Racial integration in US cities

This post was contributed by Mayur Suresh, an intern at the Birkbeck Institute for Social Research.

How racially integrated are US cities today? Are they more integrated today than previously? An insightful presentation at Birkbeck by John Logan, Professor of Sociology at Brown University, paints a complex picture.

Using New York City as an example, Prof Logan argued that cities in the United States have always been segregated to some extent. While in the early 1900s only 1% of the city was African-American, other recent immigrant communities such as Russian Jews and Italians were confined to specific parts of the city. By the 1920s, poverty and the persistence of Jim Crow laws in the southern US forced many African-Americans to seek better lives in urban centres in the north. This “great migration” of the 1920s saw the creation of “black ghettoes” such as Harlem in New York city.

In the 1920s, New York City’s index of dissimilarity for African-Americans was about 0.7 (0 being the most integrated, 1 being the most segregated). This index hovered between 0.8 and 0.9 for most of the 20th century, and this level of segregation of the African-American community continues today. The civil rights era and the passage of fair housing laws did little to change this level of segregation.

Prof Logan then compared this level of segregation of African-Americans with the Italian and Russian Jewish communities. In the early 1900s both these communities lived in specific areas – Italians in Greenwich Village and Russian Jews in Lower East Side. Many of the African-Americans who migrated to New York City were from different social classes – while some did blue collar jobs, others could be identified as middle class. Italians, by and large, performed manual labour and many dropped out of school. Similarly, the Russian Jewish population mostly did working class jobs, and came to be closely associated with the garment industry. Both these communities had higher indices of dissimilarity than African-Americans in the 1920s but the indices for both communities fell rapidly to about 0.3 by the 1990s. Prof Logan argued that both these communities were able to integrate rapidly by virtue of gradually being identified as “white”.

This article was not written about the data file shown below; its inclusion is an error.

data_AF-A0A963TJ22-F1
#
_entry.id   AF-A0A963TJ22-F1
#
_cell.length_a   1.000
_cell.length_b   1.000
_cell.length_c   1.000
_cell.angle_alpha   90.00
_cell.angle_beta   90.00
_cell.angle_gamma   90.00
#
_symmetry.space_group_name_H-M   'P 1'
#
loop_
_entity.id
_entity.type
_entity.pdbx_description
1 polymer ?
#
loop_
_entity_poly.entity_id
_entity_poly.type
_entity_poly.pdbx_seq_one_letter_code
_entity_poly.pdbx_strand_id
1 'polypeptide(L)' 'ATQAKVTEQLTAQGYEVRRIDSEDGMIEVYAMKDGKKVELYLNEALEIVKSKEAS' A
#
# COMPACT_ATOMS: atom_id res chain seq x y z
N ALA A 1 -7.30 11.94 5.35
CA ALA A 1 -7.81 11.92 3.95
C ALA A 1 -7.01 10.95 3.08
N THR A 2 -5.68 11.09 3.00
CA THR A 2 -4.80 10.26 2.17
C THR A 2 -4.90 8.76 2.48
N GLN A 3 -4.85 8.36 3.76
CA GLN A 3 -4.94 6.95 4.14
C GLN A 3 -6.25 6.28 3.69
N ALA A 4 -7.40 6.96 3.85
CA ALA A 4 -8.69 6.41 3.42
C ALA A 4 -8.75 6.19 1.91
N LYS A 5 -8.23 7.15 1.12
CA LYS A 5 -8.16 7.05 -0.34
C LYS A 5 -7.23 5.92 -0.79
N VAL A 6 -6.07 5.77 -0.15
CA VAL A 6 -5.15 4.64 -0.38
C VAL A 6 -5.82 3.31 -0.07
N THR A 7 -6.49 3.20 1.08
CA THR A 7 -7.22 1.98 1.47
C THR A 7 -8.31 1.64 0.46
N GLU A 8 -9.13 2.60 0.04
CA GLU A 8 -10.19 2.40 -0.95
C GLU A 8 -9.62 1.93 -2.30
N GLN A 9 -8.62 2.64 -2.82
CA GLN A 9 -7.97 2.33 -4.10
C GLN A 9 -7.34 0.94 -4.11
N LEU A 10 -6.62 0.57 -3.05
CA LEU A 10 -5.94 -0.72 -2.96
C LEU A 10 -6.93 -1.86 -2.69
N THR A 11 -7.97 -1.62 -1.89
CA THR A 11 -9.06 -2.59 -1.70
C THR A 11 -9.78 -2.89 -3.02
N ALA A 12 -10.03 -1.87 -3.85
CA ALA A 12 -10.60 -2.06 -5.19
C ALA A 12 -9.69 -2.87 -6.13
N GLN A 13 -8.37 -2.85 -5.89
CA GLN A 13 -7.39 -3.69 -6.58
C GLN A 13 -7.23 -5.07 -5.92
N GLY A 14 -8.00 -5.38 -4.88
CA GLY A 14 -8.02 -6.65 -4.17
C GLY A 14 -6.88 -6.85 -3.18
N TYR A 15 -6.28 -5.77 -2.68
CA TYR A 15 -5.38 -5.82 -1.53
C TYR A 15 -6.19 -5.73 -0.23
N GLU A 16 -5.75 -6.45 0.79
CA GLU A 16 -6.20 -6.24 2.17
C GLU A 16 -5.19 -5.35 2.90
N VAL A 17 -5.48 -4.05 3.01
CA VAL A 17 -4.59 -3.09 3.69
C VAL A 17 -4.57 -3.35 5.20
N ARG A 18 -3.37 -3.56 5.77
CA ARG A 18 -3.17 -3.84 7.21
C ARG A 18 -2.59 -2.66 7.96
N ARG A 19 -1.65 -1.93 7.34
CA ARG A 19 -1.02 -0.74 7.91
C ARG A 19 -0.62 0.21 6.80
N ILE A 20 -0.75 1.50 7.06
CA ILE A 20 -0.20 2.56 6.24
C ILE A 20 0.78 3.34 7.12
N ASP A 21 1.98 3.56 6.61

Moving on to segregation today and its relation to class, Prof Logan looked at the social and racial make up of neighbourhoods today. While it’s assumed that African-American people lived in African-American neighbourhoods because they were poor, what Prof Logan’s data shows is that racial segregation occurred regardless of class. Meaning that poor white people lived amongst other poor white people and poor African-American people lived in poor African-American neighbourhoods. Comparing the data across classes presents an even more complicated picture: the average poor white neighbourhood had less poor people than the average rich African-American neighbourhoods.

Switching to segregation in education, Prof Logan’s data showed that schools were even more segregated than neighbourhoods. The majority of African-American children went to African-American majority schools while the average white student went to white majority schools.

According to Prof Logan, the traditional model of viewing changes in racial composition of neighbourhoods has been the “Invasion and Succession” model: African-Americans enter a neighbourhood resulting in an exodus of white people (white flight) until there is a majority African-American population. Recent demographic data about immigration of Asian and Hispanic population reveals a different pattern. It was found that in neighbourhoods that start off as all white and into which Asian and Hispanic populations begin to settle, and then into which the African-American population migrated, there was no white flight. These neighbourhoods resulted in what was referred to as “global neighbourhoods” in urban areas. According to Prof Logan this is having an impact on the meaning of race for white populations in the United States today.

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